I stop breathing as I wait for his reply. My blood is pounding so hard in my ears, I feel like he can hear it.

When the silence stretches out to an uncomfortable degree, I lower my voice and say, “Look, Professor, from what I can tell, you’ve been on quite a journey over the past few years, and I think your words could really help others who are working through similar issues. You have nothing to lose and everything to gain, right?”

“And what would you gain?” he asks, his voice just as quiet as mine. “I doubt you’re doing this out of the goodness of your heart.”

The edge of bitterness in his voice isn’t lost on me. Reformed asshole, indeed. This guy clearly still has some issues.

“If my bosses like the idea, well … I may get promoted. And if that happens, then I’d work my ass off to get this book onto as many bestseller lists as possible.”

“I see. So, when you say I could help people, what you mean is, I could help you.”

All of a sudden, I feel like I’m taking advantage of him, and I don’t know why.

“Professor, I’m not going to lie and say this wouldn’t be incredible for my career, because it would. But even if there was no promotion attached, I’d still believe this is a worthwhile project. Your words are just so … visceral. They’re full of passion, and longing, and pain, and how you write …” I shake my head in awe. “It affects people. And that’s what the best art should do. Art shouldn’t make us happy and comfortable. It should challenge us. Dare us to step outside our comfort zone for a while.” As I’m saying this, I realize I’ve never spoken about a project with such passion before, and I mean every word. “This book could be … well, it’s the kind of book that could inspire people to be more than they thought possible. Earlier, you told me to be brave and follow my passion. Well, I’m passionate about you and your words. Please let me share them with the world.”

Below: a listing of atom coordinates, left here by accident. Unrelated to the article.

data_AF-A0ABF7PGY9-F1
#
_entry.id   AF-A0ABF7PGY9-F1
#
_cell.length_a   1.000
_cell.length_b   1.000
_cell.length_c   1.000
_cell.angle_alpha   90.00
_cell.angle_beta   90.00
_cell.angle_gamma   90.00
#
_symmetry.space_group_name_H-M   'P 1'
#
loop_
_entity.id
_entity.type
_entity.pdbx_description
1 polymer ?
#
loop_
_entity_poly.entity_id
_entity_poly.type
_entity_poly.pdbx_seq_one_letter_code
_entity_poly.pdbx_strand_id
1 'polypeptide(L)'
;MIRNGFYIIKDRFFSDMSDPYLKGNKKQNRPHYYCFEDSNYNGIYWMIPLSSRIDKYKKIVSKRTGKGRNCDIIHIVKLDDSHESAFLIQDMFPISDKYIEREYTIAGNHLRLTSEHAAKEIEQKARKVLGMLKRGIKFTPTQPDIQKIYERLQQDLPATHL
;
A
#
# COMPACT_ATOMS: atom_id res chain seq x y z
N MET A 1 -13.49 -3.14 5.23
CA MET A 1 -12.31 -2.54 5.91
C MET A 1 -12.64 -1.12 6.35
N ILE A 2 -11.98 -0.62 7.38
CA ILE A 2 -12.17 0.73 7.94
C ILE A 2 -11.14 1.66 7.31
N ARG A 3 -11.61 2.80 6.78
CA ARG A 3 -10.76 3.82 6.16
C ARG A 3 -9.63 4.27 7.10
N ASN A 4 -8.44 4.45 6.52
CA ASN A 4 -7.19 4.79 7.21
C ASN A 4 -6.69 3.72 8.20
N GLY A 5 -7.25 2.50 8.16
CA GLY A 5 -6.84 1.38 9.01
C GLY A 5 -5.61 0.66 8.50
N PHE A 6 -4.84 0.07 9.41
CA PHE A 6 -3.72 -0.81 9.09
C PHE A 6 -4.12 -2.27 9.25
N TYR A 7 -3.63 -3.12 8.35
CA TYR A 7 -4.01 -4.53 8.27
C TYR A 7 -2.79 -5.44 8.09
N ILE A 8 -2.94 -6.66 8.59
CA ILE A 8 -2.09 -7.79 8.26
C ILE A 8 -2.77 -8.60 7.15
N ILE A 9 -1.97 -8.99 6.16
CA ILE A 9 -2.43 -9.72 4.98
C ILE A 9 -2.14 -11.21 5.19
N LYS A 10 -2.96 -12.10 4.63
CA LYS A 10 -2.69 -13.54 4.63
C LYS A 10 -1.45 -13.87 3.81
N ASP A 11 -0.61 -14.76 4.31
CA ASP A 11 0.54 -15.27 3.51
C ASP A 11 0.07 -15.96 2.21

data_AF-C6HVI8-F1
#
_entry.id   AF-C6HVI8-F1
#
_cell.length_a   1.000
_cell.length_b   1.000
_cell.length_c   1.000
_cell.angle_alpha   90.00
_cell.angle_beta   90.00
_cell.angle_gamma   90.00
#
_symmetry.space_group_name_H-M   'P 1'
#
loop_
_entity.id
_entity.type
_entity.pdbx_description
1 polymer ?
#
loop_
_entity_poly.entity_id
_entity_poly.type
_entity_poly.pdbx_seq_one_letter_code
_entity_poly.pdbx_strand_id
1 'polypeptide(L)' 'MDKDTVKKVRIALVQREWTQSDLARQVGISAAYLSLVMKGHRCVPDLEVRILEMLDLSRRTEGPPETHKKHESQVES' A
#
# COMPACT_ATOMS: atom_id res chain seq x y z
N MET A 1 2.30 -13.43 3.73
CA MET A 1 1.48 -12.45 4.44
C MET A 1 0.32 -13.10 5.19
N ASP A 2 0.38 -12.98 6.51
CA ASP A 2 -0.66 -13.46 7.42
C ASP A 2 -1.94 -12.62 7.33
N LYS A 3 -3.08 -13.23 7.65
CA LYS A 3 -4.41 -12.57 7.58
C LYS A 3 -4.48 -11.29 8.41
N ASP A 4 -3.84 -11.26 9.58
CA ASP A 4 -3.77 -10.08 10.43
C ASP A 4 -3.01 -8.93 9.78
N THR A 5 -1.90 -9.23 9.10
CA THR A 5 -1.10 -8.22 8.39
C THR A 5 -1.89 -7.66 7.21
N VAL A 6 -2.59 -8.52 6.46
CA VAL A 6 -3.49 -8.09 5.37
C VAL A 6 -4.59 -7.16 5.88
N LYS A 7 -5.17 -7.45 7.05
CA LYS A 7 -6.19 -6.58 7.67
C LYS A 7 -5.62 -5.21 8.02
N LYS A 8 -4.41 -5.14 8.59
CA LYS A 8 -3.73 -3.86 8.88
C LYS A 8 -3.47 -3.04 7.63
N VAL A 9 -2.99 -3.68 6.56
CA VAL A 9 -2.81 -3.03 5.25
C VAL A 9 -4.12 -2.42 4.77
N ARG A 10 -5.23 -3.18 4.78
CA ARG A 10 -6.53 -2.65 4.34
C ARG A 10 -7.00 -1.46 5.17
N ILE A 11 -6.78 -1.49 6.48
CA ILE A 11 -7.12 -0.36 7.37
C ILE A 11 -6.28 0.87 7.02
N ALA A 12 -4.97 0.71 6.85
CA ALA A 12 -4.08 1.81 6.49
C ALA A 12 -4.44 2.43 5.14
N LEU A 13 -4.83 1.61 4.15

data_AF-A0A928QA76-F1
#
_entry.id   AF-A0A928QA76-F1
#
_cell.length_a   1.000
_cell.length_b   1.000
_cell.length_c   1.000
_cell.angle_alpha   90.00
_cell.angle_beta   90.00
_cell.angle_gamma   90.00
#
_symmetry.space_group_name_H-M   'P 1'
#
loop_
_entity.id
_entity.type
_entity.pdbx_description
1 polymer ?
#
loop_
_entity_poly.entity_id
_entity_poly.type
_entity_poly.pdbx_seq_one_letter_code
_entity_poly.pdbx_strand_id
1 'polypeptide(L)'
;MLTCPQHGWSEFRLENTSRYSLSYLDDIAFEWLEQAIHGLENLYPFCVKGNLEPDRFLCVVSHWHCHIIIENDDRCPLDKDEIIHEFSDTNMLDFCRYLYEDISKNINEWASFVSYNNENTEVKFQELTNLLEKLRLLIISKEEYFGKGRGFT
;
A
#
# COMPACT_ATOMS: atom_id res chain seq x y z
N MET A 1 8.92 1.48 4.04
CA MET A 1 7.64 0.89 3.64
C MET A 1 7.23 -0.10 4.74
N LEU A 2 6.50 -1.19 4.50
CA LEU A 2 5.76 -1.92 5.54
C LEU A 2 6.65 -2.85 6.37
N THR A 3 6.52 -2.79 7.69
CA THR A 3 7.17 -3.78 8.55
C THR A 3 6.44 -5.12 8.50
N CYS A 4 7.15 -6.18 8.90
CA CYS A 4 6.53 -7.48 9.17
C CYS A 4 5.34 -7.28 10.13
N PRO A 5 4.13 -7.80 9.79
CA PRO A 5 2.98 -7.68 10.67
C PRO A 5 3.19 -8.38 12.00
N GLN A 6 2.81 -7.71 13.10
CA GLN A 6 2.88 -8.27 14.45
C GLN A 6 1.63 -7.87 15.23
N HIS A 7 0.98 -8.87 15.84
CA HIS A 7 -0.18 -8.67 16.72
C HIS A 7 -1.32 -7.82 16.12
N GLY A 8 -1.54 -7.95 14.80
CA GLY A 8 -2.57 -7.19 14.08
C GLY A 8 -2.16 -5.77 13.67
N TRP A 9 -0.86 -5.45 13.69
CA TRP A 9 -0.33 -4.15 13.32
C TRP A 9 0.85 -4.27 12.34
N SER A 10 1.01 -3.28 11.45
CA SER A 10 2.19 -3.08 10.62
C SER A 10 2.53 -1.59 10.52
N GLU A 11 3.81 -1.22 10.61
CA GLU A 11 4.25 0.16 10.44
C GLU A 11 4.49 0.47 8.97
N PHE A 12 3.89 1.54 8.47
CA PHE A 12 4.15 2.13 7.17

When I finish, the line is silent, and I’m aware that the tension of this conversation is making my breathing too fast and my face too hot. I want this, and I’m a bit put off by the feeling the professor doesn’t.

I make an effort to slow my breathing, and that’s when I notice I can hear his exhales. They’re uneven; a little frustrated. Like I’m forcing him into a decision he doesn’t want to make. I wish his camera was on. I’d love to be able to see the expression on his face. It might help me read him better. Also, I’m dying to know what he looks like. I wonder if his face is as stunning as his body.

After what feels like an eternity, he says, “Brooklyn, while I appreciate you agreeing to Facetime to prove your identity, I’m sorry to say that ––”

“Wait, Professor, don’t say no.” I grip my phone tighter. “Just, please, don’t. I know this is probably out of your comfort zone, but it could be amazing. Even if you don’t believe in yourself, please know that I believe in you.”

There’s another beat of silence, and then he says, “While I’m giddy with excitement that you believe in me, I wasn’t saying no to the book. I was going to tell you that your robe has fallen open, and I can see your breasts.”

A white-hot blush hits my face as I gasp and look down. Sure enough, my nervous squirming has loosened my robe enough that it’s gaping open, exposing the majority of my breasts and just a touch of nipple.